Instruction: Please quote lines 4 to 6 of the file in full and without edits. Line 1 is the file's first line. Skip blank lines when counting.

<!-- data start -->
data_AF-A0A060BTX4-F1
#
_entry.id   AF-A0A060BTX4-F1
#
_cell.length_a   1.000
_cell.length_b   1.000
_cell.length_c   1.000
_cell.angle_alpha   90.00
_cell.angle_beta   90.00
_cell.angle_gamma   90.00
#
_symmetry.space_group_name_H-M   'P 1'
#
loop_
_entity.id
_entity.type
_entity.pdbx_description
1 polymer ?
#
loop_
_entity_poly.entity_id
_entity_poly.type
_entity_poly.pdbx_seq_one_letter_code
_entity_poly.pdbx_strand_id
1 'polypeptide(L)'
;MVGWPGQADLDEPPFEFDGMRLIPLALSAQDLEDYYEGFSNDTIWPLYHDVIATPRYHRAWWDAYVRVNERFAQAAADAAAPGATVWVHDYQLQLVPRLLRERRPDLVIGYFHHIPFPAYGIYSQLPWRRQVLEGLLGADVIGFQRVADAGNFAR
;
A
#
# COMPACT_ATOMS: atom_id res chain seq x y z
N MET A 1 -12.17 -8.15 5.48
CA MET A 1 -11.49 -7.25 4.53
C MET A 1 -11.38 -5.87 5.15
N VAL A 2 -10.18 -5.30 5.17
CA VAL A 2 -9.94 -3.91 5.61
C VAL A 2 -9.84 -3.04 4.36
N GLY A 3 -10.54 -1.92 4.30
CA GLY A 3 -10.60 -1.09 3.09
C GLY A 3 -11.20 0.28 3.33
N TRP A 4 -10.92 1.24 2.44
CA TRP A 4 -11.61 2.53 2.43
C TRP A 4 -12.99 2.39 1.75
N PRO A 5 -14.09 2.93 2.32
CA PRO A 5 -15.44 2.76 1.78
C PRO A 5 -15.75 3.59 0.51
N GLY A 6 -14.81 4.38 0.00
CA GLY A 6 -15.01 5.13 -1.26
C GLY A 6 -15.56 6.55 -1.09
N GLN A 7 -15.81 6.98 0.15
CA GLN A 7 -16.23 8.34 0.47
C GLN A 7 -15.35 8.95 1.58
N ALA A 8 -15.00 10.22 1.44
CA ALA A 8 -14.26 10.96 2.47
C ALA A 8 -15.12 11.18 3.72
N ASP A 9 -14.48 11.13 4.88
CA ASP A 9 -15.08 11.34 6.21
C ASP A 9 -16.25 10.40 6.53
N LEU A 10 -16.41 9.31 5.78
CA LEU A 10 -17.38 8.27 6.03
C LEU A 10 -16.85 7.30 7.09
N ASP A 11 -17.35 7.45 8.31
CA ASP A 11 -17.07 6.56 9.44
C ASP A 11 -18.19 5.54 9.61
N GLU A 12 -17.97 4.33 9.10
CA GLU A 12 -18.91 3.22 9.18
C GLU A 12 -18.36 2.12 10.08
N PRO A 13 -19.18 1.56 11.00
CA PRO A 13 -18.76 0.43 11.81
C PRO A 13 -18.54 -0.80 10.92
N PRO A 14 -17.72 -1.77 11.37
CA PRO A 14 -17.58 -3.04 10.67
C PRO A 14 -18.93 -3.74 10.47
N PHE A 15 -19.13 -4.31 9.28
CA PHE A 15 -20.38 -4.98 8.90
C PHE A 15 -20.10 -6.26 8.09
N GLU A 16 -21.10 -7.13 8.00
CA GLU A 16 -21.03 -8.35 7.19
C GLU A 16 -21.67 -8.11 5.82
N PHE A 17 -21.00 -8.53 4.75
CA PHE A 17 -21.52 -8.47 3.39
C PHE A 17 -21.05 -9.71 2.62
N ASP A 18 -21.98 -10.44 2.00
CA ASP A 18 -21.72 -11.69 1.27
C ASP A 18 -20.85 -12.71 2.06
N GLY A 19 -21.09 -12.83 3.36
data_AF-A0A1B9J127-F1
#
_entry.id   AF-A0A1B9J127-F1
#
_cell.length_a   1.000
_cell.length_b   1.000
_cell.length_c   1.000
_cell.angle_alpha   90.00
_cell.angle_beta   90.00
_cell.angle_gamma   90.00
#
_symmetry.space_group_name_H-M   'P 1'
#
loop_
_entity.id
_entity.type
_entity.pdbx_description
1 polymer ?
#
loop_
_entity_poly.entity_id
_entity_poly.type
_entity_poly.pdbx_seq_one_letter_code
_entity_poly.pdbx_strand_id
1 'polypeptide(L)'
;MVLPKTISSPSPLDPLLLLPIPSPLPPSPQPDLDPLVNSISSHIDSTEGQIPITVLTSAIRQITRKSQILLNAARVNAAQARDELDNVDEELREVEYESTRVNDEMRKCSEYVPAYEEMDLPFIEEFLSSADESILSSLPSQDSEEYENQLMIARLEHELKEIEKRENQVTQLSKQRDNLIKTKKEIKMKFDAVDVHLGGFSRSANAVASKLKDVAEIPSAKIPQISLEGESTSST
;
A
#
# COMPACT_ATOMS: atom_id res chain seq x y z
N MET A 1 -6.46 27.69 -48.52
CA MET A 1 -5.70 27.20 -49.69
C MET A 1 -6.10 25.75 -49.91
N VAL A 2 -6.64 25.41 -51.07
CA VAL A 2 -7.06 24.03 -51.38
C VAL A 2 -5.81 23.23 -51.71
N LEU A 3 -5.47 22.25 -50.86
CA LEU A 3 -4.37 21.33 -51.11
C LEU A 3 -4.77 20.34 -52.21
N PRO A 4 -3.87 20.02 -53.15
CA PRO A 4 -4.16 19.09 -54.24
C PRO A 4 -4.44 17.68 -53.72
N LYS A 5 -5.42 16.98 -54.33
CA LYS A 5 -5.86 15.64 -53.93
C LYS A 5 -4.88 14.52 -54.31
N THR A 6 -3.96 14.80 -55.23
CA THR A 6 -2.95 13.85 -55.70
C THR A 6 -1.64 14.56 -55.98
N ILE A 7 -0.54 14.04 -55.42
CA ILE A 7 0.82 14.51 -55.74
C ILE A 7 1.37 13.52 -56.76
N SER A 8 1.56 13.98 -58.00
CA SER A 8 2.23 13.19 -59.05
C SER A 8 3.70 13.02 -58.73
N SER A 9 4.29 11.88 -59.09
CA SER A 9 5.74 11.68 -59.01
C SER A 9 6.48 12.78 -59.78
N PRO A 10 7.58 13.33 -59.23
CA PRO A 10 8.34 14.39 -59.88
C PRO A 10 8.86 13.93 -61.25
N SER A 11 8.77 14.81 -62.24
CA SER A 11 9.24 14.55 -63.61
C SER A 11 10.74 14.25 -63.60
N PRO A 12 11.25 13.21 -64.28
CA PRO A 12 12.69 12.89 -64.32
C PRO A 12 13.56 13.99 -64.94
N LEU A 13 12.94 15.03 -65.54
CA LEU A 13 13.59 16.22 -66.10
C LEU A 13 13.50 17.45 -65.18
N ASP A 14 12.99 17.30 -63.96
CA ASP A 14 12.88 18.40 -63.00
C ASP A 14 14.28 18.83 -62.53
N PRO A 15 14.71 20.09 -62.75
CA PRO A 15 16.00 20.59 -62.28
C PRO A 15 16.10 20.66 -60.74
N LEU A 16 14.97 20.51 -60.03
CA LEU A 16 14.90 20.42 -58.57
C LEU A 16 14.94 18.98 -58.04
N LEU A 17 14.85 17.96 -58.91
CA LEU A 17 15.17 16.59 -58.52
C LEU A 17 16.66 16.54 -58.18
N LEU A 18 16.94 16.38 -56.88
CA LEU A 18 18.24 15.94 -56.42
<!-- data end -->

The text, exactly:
#
_cell.length_a   1.000
_cell.length_b   1.000